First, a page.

And of course, no Big Chili Contest is complete without the active participation of the attendees, many from off-Island, whose patronage at local businesses provides an economic lift in the off-season. Local and visiting attendees alike show up in ponchos, sombreros, and fake mustaches to pose with giant inflatable Corona bottles, turning the event into a costume party as well as a food festival. This year the outfitted crowds danced and partied to the music of the Mariachi Mexico Lindo Band, Taunton-based Jimmy Buffett cover band the BaHa Brothers, Cape Cod party band Syndicate, and DJ Alvzie.
While the event is known to provide great entertainment and a lively good time, the real reward is the significant donation the festival provides for the Red Stocking Fund. At the award ceremony, representatives from the Island-based nonprofit thanked attendees for their continued support, which helped to provide 360 children with a memorable holiday last year.
In a conversation with The Times, contest organizer and general manager of MVY Radio Greg Orcutt noted that while numbers and ticket sales were still being tallied, he expects that this year’s event generated somewhere under $20,000 for the Red Stocking Fund of Martha’s Vineyard.
The event, which historically has taken place in January, was moved to March for the first time this year. The reasons were twofold: to help increase chances for better weather, and accessibility to Island businesses that may be closed in January. “The weather is always questionable, and we haven’t had to cancel an event in the past, but we’ve gotten close. And with our seasonal economy, many local businesses are going through overhauls in January, so we were trying to be accommodating to as many as possible. Given it was the first year with a new date, we were happy with the attendance, and made out very well,” Mr. Orcutt said. He also noted his gratitude to the P.A. Club, especially Gina DeBettencourt and Tricia Bergeron, and Mike Santoro of Santoro Hospitality Group, who helped organize the event: “I can’t say enough good things about them.”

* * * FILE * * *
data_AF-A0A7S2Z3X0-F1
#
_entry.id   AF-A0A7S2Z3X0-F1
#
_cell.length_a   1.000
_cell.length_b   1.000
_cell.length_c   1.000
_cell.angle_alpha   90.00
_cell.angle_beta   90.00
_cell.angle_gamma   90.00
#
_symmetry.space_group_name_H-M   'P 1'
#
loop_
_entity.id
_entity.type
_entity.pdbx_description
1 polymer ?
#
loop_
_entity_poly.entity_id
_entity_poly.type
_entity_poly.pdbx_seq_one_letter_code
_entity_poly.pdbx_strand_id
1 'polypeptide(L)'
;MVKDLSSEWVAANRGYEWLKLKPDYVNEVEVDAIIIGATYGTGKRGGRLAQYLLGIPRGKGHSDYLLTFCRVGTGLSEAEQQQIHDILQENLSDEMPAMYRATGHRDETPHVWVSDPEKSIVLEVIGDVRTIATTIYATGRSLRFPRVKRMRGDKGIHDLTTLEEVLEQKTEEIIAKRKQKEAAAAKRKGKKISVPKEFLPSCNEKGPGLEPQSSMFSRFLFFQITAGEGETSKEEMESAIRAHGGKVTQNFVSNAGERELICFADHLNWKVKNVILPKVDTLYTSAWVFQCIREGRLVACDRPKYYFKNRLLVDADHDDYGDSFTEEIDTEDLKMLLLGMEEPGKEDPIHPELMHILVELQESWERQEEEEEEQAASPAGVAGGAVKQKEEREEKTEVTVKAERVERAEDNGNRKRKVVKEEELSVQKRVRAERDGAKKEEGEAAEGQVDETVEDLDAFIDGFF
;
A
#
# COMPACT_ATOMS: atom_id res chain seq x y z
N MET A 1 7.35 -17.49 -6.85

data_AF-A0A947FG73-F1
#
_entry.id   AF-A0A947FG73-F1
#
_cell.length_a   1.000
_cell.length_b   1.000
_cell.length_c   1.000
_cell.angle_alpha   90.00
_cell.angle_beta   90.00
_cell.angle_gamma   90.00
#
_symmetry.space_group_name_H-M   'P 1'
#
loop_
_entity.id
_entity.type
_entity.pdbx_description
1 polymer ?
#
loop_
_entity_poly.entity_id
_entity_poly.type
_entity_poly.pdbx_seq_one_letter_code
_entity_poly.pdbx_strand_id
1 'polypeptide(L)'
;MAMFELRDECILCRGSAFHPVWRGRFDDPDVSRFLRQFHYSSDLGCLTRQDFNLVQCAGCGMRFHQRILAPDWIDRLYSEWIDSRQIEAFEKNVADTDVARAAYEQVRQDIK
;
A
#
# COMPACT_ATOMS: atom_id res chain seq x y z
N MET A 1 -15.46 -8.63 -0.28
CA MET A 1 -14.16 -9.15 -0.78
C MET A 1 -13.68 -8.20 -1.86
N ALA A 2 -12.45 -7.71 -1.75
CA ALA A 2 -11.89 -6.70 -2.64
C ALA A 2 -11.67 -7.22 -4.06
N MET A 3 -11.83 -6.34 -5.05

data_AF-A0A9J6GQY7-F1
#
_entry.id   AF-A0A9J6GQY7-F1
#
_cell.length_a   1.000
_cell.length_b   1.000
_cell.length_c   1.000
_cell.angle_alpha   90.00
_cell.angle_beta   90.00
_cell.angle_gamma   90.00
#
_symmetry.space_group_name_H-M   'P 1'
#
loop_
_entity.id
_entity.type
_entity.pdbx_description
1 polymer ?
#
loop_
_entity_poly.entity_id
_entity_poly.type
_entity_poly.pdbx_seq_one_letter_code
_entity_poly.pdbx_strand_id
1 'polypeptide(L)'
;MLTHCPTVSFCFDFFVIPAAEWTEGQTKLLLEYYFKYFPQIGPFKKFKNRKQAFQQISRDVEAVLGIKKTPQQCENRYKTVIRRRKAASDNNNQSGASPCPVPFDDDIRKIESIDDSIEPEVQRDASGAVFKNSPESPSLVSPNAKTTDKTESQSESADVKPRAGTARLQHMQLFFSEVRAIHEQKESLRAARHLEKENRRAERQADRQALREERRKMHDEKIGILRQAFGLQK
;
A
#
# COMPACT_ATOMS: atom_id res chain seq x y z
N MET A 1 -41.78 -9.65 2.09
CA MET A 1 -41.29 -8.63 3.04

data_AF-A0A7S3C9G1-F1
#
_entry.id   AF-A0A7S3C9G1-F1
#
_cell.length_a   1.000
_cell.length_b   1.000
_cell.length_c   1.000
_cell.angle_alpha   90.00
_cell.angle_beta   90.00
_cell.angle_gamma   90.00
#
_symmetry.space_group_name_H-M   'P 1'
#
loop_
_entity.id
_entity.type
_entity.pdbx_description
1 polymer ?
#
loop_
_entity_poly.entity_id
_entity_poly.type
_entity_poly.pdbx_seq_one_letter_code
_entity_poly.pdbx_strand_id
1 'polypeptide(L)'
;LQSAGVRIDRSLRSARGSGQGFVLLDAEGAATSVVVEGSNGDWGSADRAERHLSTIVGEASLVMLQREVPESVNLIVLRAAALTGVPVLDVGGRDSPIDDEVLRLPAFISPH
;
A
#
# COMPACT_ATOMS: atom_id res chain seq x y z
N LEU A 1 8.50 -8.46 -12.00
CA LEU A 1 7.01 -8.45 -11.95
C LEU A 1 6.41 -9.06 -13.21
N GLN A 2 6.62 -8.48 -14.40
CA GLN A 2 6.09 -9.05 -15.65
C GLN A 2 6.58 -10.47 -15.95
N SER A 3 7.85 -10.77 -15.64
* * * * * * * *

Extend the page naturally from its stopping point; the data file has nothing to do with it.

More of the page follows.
Full list of winners:
Best professional chili, third place: The Barn Bowl & Bistro
Best professional chili, second place: Ocean View
Best professional chili, first place: Harbor View Hotel
Most traveled chili: Naked Baking Ladies of West Hartford, CT
Best veggie chili: Not Your Sugar Mamas
Best Presentation: Wild Willy’s
Is that really chili?: New Moon Magick Enchanted Chocolates with their chili chocolate bark
Hottest chili: Edgartown Fire Association
Best amateur chili, third place: Bob Costello’s Official Chili
Best amateur chili, second place: Dr. Jack’s Love Chili
Best amateur chili, first place: Wild Willy’s
Jenny Johnson of NESN’s Dining Playbook also announced her People’s Choice winners, which were awarded with cash prizes.
Third place, $200: Bob Costello’s Official Chili
Second place, $300: Harbor View Hotel
First place, $500: Lookout Tavern’s “There She Blows” chili